[Review] - Penny Dreadful, Season 1 Episode 2, "Séance"

Courtesy of Neal Street Productions
It speaks to the quality of John Logan's Penny Dreadful that, two episodes in, the plot remains firmly on the perimeter. The focus is squarely on the characters, on peeling them back and exposing them (in some instances, literally). There is much in these character's pasts that needs to be dredged to the surface and exposed to the light, and the show is taking it's time in peeling back the layers of time. It is deliberate, tense and a wonderful reminder of how good a series can be when characters are put first.

Hit the jump for the review, which contains spoilers that once had a molehill named after them.


As if the characters we met last week weren't interesting enough, this week introduced three new fiends to the mix. First up was Billie Piper's Irish prostitute, the delightful Brona Croft who is a wonderful change from the ordinary stock prossie character, in that she doesn't spend her time bemoaning her lot in life. In fact, she has fully embraced it. A chatty, eloquent immigrant, she's taken life's bumps and spun them as best she can. It is a refreshingly solid and self assured character, in an otherwise uncertain circle of peers. She strikes up a friendship of lost souls with Chandler, the two finding a connection in their lives on the raggedy edge of acceptability.

Chandler is still gripping with what he was exposed to last week, and the notion of some trouble with the law back on the other side of the pond was floated here. As it stands, he stands no where in particular. He has refused Sir Malcolm's invitation to join the hunt, has left his wild west show, and is unable or unwilling to return home. Croft offers distraction, which is what he craves the most, and genuine companionship. Despite her profession, he isn't looking for the empty physicality that he sought last week in the anonymous and repressed Victorian upper class. Both are awash in the Great Black Pit, and gravity has brought them together to ride out the maelstrom.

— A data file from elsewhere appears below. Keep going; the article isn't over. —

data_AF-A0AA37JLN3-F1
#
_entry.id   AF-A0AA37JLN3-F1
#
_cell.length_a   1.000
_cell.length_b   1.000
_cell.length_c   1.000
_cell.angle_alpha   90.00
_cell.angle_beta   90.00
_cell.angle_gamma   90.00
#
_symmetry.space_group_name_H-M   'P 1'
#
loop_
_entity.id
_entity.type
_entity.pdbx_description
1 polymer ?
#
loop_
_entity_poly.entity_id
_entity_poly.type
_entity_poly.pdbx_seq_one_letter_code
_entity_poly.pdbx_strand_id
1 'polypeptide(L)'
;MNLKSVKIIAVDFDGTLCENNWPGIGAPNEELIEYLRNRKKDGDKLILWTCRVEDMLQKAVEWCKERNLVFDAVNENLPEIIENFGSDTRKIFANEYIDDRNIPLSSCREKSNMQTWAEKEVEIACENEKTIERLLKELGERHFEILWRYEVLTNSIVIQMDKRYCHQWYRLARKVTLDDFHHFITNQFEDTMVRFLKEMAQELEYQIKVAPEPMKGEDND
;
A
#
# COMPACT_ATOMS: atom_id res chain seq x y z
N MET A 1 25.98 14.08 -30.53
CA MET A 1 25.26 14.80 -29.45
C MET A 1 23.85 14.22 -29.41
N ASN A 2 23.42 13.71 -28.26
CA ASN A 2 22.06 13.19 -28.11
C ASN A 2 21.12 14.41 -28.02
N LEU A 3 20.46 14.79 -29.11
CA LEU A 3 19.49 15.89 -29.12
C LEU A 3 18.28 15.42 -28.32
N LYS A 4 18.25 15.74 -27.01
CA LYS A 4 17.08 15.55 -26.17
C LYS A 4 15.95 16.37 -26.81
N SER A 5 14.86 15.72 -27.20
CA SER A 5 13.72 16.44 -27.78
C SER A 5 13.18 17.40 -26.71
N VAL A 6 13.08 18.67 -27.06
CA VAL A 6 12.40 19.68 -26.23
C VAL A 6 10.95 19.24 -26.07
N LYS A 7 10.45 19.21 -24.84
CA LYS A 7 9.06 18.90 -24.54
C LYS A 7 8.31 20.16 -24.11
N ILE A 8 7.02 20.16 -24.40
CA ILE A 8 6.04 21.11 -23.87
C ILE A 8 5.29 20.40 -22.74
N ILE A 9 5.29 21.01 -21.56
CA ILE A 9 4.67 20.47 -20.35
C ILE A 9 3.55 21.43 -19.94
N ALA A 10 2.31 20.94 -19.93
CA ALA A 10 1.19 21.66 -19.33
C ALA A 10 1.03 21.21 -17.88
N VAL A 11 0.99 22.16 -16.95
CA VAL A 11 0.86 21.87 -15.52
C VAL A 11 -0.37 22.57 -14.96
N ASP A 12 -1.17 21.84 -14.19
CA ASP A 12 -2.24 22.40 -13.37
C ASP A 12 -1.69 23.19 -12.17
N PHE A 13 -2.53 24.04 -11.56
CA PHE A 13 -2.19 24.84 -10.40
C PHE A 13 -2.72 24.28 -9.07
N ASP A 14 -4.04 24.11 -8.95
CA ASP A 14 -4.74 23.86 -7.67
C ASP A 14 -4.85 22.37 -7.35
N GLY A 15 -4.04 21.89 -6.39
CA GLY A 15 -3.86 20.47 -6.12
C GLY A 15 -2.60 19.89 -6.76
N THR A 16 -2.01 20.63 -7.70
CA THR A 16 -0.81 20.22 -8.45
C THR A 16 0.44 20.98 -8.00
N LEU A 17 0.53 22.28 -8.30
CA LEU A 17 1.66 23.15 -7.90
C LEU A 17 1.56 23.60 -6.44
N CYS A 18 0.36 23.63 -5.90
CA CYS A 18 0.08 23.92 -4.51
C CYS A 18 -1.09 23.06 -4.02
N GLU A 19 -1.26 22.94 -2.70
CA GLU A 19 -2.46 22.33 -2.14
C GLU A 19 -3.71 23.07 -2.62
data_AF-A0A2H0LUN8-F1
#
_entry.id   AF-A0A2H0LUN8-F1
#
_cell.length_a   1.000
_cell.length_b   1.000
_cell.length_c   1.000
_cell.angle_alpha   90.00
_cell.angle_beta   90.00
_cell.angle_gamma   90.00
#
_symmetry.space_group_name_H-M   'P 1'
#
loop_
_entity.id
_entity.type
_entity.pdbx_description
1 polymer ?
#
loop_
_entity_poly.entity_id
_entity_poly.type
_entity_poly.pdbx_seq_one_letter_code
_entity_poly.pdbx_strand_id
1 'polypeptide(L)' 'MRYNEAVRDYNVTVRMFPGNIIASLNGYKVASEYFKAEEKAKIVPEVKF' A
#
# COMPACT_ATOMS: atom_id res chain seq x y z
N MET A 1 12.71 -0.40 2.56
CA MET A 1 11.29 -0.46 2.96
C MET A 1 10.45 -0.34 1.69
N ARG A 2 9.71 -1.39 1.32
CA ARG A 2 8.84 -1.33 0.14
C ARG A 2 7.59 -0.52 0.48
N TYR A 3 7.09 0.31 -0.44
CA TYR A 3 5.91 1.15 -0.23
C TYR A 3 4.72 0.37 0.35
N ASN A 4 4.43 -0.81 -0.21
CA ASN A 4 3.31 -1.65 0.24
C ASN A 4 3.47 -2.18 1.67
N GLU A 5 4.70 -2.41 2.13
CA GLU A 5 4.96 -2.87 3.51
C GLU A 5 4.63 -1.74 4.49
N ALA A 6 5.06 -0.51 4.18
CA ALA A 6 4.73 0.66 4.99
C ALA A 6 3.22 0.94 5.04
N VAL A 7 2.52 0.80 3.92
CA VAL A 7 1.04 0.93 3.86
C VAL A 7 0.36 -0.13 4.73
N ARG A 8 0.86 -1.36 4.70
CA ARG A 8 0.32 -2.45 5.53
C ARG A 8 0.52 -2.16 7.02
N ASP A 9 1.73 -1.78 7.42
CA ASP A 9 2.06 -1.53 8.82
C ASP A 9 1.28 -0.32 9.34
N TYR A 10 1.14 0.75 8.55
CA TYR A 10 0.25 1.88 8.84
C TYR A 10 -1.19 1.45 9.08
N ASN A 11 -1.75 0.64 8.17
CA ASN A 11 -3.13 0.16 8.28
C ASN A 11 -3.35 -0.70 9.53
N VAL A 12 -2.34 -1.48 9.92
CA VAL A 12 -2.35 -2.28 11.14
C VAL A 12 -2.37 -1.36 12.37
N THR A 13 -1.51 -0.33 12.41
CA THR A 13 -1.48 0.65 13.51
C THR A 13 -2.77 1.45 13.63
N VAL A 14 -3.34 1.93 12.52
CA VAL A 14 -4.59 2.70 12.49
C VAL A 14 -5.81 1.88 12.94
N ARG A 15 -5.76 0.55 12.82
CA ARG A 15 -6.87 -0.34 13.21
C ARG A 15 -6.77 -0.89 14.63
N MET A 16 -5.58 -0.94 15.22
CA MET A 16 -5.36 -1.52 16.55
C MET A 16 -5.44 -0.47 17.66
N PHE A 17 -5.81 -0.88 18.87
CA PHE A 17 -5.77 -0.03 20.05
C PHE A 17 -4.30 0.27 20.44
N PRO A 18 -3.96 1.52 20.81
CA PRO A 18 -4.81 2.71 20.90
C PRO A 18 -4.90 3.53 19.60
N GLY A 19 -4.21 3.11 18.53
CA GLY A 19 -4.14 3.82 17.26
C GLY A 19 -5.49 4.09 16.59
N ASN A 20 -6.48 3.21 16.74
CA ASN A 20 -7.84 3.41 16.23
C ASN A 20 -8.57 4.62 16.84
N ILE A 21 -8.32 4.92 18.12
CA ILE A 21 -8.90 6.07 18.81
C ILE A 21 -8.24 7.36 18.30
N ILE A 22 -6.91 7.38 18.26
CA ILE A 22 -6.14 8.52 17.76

Also introduced this week was Wilde's hedonistic Dorian Gray, played by Reeve Carney. Gray appears obsessed with the extremities of life. While not revealed in the episode, we can surmise that his immortality has allowed him the chance to reach deep into the depths of sensation, to find some measure of his cast off humanity. I labeled him an "indignitist" as he lapped the chocked up blood from Croft's lips. He transcends Wilde's own homosexual overtones and any Dionysian attitudes that might have been prescribed to him in the century since publication. He is a moth in the dark, throwing himself at the lamp, desperate for warmth. So, it speaks volumes when, in the rapture of Ive's possession, he recoils. I expect the discovery of something that elicited a reaction from him, after what I can only assume is a considerable time as the stationary boulder in the river of life, will drive him to obsession. It certainly didn't stop him from following Ives and engaging in a little tepid voyeurism.

Ives and Sir Malcolm, if they were drawn in black lines last week, began to be coloured in. And sweet baby zombie jeebus did Eva Green give a hell of a performance during the séance. It straddled the line between ridiculous and horrifying, which I'm assuming is what they were going for. I was chuckling as I was flinching, as something in the dark (which the Egyptologist identified as either Amun-Ra, or the Devil) channeled the misery of Sir Malcolm's past and offended the sensibilities of some descent Victorian folk in the process. It was hard to follow the spirited ranting of the dead, as I again was intended. Malcolm took a child, a son I'd assume, with him to Africa where they met a fevered and bloody end. Not uncommon for the time and the place, many father-son teams came back with little more than a grave marker chalked on a map. But thus far Sir Malcolm's quest has been a search for his daughter, who almost certainly wouldn't have accompanied him on the trip. Quiet unheard of, rather preposterous. This is a past I cannot wait to discover more about.